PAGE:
Over the course of a few posts, I want to take a look at other color models and discuss what I think are their benefits and weaknesses. The first one we’ll look at is RGB — which uses red, green and blue as primary colors.

RGB in the sRGB color space

Similar to the old “Red, Yellow, Blue” system is the “Red, Blue, Green” system. This color model works well with light. You can get black by reducing all of the light, and you get white by turning red, blue, and green up to their full intensities. Old color CRT displays used tiny red, blue, and green phosphor dots, and modern televisions use the same colors but different technologies.

A lot of articles about color models have illustrations of the models as 3D objects which, while cool, are really hard for me to follow. I think it’s easier to see what’s going on with color bars and swatches, so let’s look at what each of the R, G, and B values look like on their own below.

#ff0000 — red
#00ff00 — green
#0000ff — blue

Hexadecimal notation of the three primaries. Although we might think of these as three numbers jammed together, the result is just one number.

Mixing red, green, and blue to make all of the colors works because we have three types of photoreceptor cones in our eyes tuned to them specifically. All the other colors we see are mixed in our brain from these three different cones.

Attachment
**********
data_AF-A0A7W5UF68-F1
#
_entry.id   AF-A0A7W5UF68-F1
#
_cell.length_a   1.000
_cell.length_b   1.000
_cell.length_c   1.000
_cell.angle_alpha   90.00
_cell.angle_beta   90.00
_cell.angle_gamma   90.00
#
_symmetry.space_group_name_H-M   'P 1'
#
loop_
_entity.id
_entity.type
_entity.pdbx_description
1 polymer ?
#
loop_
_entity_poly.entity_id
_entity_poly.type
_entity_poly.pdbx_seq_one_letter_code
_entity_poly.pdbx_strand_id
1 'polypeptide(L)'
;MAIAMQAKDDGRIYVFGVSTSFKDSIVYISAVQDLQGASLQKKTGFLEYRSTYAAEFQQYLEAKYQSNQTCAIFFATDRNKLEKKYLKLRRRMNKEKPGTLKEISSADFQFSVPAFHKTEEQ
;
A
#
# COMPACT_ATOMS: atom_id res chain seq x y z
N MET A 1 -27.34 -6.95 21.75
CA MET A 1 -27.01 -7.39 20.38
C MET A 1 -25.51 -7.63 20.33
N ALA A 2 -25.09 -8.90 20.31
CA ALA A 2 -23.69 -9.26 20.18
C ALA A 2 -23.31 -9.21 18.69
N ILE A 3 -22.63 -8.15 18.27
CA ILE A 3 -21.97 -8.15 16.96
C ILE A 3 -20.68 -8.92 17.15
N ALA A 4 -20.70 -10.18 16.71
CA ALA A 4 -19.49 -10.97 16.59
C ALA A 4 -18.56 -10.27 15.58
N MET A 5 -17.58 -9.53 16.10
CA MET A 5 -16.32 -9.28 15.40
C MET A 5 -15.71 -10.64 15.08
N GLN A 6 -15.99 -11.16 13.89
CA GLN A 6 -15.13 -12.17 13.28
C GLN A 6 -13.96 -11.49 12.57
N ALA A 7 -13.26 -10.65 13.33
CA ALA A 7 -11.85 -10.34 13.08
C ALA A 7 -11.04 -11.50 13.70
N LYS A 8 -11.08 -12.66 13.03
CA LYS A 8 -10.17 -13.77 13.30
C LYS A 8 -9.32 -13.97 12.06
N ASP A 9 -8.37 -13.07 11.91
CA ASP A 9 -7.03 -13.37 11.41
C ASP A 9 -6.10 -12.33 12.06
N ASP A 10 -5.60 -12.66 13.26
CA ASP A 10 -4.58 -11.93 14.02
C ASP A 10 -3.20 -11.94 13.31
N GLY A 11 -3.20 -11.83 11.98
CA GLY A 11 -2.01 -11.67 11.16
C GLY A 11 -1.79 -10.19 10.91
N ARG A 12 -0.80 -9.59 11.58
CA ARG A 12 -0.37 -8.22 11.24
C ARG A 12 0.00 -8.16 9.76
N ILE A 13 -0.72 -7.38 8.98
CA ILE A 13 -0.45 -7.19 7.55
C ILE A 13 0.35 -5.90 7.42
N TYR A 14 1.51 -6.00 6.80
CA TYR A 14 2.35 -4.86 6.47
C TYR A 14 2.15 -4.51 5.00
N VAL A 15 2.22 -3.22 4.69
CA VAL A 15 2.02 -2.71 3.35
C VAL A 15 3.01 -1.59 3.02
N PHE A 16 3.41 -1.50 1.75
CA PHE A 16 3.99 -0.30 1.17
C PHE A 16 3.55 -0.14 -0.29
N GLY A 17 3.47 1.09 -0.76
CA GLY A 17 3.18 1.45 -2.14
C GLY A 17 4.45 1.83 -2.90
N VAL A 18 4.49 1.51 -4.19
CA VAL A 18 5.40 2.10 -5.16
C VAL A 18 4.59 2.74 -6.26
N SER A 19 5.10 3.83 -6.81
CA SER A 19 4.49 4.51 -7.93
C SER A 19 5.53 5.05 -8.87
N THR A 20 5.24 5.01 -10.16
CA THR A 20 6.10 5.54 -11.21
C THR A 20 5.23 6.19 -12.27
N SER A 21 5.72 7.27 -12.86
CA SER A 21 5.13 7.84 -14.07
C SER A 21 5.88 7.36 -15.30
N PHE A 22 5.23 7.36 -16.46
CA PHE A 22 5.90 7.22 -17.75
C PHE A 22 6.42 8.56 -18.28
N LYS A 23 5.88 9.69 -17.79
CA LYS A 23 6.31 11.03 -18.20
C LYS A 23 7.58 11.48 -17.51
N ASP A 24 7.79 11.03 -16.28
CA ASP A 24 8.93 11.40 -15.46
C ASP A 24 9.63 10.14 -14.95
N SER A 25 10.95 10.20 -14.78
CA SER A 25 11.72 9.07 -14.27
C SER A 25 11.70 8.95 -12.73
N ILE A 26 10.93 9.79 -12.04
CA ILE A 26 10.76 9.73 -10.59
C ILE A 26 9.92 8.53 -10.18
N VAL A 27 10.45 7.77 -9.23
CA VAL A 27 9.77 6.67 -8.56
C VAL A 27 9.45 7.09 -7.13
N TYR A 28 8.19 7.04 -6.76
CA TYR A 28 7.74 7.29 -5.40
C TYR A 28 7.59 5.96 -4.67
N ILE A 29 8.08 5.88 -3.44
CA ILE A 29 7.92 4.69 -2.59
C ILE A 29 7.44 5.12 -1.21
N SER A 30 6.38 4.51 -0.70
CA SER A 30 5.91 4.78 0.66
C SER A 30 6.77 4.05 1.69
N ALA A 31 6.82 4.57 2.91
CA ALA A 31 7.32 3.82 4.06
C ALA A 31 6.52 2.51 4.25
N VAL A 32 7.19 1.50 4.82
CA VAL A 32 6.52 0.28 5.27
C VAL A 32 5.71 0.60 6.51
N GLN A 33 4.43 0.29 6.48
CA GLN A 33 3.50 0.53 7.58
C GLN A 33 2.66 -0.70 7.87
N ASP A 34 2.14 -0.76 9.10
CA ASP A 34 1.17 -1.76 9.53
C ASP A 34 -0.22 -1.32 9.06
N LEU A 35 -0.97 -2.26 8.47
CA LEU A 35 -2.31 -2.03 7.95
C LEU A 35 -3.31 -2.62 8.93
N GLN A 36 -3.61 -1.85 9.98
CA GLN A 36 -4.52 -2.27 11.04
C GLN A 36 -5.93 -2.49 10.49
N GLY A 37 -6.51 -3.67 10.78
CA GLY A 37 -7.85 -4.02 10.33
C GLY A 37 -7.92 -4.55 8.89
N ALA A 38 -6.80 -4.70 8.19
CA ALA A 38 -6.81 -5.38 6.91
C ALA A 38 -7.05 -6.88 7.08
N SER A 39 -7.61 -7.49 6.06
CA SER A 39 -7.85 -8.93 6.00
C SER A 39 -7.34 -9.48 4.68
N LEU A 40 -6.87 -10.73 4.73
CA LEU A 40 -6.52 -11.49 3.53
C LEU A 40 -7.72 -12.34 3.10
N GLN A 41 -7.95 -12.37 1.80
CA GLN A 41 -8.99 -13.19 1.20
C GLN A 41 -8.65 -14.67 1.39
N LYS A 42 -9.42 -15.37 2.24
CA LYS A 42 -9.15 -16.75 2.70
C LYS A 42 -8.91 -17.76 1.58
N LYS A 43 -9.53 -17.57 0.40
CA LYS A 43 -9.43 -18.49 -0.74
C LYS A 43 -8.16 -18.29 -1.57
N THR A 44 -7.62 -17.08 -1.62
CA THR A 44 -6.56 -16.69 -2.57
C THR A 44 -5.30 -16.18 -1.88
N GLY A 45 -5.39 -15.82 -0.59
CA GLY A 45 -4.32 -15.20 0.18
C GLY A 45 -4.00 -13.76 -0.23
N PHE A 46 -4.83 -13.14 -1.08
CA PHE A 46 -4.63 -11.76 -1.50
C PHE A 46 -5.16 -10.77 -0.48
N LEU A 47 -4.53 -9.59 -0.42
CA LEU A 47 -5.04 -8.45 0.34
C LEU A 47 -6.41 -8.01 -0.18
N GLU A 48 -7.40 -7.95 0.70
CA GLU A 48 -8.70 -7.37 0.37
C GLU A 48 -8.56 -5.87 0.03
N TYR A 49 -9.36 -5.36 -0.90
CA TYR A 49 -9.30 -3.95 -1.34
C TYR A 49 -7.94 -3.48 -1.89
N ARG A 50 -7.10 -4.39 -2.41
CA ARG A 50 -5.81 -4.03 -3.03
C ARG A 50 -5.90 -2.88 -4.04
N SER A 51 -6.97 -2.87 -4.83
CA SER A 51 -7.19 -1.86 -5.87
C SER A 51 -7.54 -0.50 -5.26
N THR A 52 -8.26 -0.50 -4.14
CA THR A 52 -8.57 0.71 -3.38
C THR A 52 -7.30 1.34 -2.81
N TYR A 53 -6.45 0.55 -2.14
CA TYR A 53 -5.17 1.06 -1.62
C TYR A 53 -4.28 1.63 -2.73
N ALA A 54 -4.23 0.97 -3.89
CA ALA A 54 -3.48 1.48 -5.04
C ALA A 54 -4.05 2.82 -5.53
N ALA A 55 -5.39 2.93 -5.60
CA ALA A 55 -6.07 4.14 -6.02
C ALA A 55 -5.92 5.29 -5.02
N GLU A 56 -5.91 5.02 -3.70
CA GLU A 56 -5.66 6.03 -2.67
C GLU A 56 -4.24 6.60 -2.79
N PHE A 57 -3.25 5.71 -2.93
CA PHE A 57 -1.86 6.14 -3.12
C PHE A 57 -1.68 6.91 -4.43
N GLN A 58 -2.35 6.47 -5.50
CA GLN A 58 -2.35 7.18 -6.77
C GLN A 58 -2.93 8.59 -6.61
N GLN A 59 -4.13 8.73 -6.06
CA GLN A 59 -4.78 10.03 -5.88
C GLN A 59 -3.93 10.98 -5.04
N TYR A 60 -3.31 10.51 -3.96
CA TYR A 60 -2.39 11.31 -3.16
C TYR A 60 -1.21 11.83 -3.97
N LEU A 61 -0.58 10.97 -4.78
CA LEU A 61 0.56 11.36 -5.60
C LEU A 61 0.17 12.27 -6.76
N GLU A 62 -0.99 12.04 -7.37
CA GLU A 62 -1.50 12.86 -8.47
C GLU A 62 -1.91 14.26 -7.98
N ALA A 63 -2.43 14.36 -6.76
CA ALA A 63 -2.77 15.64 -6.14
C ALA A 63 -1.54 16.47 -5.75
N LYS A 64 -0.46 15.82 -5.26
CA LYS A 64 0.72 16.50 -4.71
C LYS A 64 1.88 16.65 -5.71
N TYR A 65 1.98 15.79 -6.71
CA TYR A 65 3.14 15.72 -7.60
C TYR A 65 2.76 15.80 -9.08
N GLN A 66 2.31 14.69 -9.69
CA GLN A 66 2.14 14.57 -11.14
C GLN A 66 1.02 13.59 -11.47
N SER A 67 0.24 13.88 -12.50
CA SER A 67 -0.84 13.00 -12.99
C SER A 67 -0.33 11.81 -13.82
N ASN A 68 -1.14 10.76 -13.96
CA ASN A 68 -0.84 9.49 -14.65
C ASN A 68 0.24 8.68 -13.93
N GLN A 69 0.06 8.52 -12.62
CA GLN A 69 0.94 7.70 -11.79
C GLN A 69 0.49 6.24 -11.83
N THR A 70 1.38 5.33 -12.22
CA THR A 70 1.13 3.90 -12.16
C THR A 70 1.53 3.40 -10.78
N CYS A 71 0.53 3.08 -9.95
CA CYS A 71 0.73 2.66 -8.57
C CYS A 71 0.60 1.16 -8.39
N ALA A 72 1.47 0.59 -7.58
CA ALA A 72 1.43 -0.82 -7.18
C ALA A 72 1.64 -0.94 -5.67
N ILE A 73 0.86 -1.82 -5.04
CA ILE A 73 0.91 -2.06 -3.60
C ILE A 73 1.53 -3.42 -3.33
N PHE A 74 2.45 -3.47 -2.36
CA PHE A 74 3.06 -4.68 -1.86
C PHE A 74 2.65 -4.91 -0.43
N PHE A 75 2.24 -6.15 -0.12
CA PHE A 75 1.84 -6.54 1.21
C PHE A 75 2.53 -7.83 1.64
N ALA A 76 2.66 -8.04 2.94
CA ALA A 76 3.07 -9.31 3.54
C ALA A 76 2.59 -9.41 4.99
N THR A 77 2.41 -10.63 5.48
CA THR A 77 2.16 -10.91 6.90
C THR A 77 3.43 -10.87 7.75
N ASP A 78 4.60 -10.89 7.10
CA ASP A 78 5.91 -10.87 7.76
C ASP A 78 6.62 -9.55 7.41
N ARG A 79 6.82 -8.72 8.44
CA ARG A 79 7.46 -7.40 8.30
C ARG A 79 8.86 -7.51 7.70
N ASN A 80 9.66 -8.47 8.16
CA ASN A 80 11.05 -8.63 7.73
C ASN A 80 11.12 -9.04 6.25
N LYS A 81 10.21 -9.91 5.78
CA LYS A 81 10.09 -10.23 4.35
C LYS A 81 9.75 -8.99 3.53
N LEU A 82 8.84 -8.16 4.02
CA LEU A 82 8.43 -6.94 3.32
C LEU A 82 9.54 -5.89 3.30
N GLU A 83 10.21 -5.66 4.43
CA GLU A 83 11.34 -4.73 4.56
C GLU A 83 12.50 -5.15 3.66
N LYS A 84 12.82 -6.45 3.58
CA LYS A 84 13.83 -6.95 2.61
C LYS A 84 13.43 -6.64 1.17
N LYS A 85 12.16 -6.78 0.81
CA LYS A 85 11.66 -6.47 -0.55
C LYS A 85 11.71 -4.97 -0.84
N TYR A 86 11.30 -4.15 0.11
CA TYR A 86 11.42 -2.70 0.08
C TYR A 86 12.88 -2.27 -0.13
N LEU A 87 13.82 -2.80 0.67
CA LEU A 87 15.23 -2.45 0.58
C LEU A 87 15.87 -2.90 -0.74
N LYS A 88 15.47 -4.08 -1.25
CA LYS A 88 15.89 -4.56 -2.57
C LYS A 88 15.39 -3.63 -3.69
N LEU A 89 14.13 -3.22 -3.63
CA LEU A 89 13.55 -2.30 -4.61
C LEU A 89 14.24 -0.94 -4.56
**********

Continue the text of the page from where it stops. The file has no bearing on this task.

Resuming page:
The sRGB color space — created in 1996 — is the most common and compatible model for colors on the web. If you have used “hex color,” you are working in the RGB color space. In hexadecimal notation, each primary color is represented by a number from 0 to FF, which is 0 to 255 using decimal numbers. We then glue these numbers together, so (reading left to right) the first two digits are red (#FF0000), the second two are green (#00FF), and the third two are blue (#0000FF).

9,920,752 — grimace purple
36,960 — forest green
15,728,755 — pink

Some RGB colors represented as decimals. Once you start mixing colors, it becomes really hard to break the colors down into their component parts.

Why hexadecimal notation? This format makes it easy for us to see the intensity of red, green, and blue values independently. Decimal is a lot harder to manage. “15,728,755” is a combination of both red and blue, but it’s hard to tease out how much by looking at the decimals. Once it’s in hex, it’s a lot easier to see that it’s quite a lot of red and a bit of blue: #f00073.

The amount of each of these colors tells us how much of that wavelength of light contributes to the final color value. If we turn off all but one, and then sweep through the values from 0 to 256 for a single color, we get shades of that color.